This week, I've had the humbling priviledge of walking alongside a family who is journeying with a loved one in her last days on this side of the New Heaven and New Earth. In the midst of a week of celebration and gratitude (it is Thanksgiving week here in the United States), there are phone calls to the hospice, sleepless nights wondering if she is going to survive until the morning, and deep hope that they will have one more day with the light of this life still in the world.
The words that I keep coming back to in order to describe this time resonate around a theme: deep, humble, honest, grace, love, grief, beauty and glory.
There such honest grief here in this family, and a recognition that this pain is mingled with joy. No one is trying to pretend this isn't happening, or dealing with it in a detached, distanced way. No one has said, "Well, she's going to be in a better place."
While those may be effective and sometimes necessary coping strategies for some familes, for some people at one time or another, the hearts of everyone here are alive. Alive to God, alive to the risk of losing the one they love, alive to grief and possibility and laughter amidst deep pain.
As I look at the faces, particularly the face of this woman's daughter, I see the face of Christ. Jesus was honest in his grief—over Lazarus, yes, but also over Jerusalem, a broken, wayward city that wasn't what it should or could be. Death isn't what we are made for, it isn't part of the original plan, and as it comes in to steal, rob and destroy. And, yet, death isn't the reality of the people of God. For the Beloved (which is us), there is so much more, so much waiting for us that is beautiful, glorious, full of grace. We, like Jesus, have to walk through that valley of the shadow of death in order to get there, to be fully resurrected. And the rest of us have to wait on the other side of glory, giving our family members the grace of letting them go, and being plunged into the deep well of grief over that which isn't meant to be.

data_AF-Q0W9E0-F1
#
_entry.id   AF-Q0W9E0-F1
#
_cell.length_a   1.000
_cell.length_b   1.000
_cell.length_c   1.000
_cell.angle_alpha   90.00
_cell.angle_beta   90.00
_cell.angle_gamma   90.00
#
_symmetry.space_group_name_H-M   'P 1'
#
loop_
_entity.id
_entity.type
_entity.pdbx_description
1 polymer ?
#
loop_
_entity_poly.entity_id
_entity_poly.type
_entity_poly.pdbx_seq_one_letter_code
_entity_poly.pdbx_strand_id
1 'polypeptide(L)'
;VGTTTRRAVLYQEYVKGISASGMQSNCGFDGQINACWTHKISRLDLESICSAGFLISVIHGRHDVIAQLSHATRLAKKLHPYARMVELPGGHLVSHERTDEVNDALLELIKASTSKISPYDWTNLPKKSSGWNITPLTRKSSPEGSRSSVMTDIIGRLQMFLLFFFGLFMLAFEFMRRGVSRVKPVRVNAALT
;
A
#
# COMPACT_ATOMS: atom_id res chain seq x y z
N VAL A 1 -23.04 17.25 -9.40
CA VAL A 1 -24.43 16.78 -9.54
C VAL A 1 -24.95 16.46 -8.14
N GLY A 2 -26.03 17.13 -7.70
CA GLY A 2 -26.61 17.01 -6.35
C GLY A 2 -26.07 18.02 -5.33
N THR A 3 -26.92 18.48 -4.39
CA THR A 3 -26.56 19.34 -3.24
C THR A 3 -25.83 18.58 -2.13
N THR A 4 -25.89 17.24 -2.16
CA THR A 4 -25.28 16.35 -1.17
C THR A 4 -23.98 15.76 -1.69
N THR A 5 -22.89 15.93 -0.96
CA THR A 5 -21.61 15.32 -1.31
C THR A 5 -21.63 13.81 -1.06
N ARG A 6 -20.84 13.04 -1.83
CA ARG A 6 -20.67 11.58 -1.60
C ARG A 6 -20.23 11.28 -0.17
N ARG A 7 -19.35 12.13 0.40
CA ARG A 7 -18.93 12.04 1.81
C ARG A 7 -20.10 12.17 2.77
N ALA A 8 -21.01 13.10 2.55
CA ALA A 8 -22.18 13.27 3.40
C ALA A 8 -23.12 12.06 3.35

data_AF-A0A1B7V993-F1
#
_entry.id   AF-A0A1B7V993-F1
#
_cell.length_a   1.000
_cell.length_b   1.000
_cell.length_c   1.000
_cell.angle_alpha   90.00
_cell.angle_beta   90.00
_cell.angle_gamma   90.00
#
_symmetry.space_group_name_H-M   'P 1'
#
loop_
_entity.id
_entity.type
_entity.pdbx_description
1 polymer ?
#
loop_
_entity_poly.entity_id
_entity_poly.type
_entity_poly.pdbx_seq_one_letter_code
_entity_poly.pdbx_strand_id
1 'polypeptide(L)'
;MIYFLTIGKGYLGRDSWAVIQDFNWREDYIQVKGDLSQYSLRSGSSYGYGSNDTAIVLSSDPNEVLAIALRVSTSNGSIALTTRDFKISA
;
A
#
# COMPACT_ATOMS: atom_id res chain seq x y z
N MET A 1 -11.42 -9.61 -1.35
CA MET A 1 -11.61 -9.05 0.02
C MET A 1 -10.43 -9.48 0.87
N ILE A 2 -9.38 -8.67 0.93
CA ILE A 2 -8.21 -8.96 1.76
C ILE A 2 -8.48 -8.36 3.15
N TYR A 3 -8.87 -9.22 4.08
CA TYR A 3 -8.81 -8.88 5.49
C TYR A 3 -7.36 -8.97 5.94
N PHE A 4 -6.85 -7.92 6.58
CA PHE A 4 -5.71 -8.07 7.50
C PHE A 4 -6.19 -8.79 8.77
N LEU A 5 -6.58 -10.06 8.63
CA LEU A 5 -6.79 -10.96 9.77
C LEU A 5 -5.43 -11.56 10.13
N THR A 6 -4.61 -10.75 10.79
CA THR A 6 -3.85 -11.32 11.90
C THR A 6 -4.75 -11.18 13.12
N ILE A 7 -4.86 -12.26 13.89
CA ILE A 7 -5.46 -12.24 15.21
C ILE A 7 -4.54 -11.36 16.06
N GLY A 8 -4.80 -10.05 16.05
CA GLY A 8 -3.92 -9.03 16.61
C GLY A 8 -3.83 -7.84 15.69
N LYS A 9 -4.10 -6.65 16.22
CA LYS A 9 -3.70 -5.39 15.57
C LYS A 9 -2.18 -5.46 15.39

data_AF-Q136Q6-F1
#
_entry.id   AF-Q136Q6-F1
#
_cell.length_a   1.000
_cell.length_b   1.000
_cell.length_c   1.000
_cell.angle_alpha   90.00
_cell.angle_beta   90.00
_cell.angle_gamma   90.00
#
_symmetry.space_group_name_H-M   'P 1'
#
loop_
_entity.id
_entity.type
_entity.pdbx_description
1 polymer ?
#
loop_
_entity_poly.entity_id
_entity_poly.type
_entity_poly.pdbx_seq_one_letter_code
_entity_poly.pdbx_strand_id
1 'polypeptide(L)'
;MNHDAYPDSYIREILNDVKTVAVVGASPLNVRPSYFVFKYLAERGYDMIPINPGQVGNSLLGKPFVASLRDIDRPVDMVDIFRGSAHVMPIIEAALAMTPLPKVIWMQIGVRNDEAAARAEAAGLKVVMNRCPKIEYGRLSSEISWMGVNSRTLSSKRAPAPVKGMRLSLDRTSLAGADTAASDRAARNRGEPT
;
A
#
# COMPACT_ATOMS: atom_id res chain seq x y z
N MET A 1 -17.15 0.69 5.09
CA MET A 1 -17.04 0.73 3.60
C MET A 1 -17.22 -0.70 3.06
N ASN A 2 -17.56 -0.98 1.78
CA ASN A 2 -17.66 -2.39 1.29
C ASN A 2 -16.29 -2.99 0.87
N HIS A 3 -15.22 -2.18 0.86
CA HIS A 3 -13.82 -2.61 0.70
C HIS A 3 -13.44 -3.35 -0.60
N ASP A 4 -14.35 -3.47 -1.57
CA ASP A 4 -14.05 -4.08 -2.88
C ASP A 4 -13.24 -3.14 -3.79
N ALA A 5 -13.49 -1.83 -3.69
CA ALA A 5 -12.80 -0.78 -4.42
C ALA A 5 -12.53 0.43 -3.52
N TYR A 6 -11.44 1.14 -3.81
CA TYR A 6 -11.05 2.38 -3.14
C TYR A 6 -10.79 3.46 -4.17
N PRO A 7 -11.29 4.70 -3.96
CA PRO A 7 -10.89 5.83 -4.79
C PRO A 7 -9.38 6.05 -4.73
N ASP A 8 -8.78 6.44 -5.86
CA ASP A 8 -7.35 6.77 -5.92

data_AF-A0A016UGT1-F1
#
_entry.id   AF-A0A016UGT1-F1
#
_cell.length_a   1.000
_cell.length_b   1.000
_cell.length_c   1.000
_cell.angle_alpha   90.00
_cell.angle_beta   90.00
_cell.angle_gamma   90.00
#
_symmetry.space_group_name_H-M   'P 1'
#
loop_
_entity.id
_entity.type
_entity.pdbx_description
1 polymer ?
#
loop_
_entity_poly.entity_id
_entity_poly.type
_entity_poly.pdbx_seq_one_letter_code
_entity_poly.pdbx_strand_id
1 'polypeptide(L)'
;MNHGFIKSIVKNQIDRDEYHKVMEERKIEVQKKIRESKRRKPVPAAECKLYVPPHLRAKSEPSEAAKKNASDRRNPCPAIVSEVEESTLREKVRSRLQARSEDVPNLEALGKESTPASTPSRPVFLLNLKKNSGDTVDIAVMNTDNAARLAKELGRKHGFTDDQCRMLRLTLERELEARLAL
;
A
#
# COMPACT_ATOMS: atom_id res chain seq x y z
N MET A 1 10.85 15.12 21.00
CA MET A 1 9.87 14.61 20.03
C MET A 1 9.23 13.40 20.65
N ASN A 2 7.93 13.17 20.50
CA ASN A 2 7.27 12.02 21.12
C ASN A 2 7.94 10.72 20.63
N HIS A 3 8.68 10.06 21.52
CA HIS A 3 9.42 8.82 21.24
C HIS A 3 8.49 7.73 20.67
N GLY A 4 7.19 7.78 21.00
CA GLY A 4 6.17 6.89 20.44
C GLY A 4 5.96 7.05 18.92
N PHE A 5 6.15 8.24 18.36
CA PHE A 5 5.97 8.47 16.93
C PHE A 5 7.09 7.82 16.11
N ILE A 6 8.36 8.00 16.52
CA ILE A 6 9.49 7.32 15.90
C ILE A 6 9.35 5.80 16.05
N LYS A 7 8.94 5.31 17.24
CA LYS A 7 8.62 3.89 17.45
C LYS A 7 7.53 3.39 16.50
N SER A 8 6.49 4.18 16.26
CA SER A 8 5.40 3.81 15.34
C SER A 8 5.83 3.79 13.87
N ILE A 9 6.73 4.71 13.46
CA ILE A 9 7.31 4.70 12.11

How can we possibly risk this? Even knowing what's on the other side, how can we choose to walk through this with our hearts wide open?
As I watch this family, and see the face of Christ in each of them, I realize that this reflection is the glory that is mentioned in 2 Corinthians 3:18. It is Christ within them, bearing them up, pouring out grace upon grace. And it is Christ sharing in their grief, as He knows and cares for every sorrow we have, weeping with us.
Grace, grief and glory. In this thin space between this world and the next, there is almost more beauty than my heart can handle. This is what it looks like to live with your heart fully alive, vulernable to the pains of the world and, more gloriously, to the life of Christ through you.
For this, to walk with this glory, pain and beauty, I am thankful.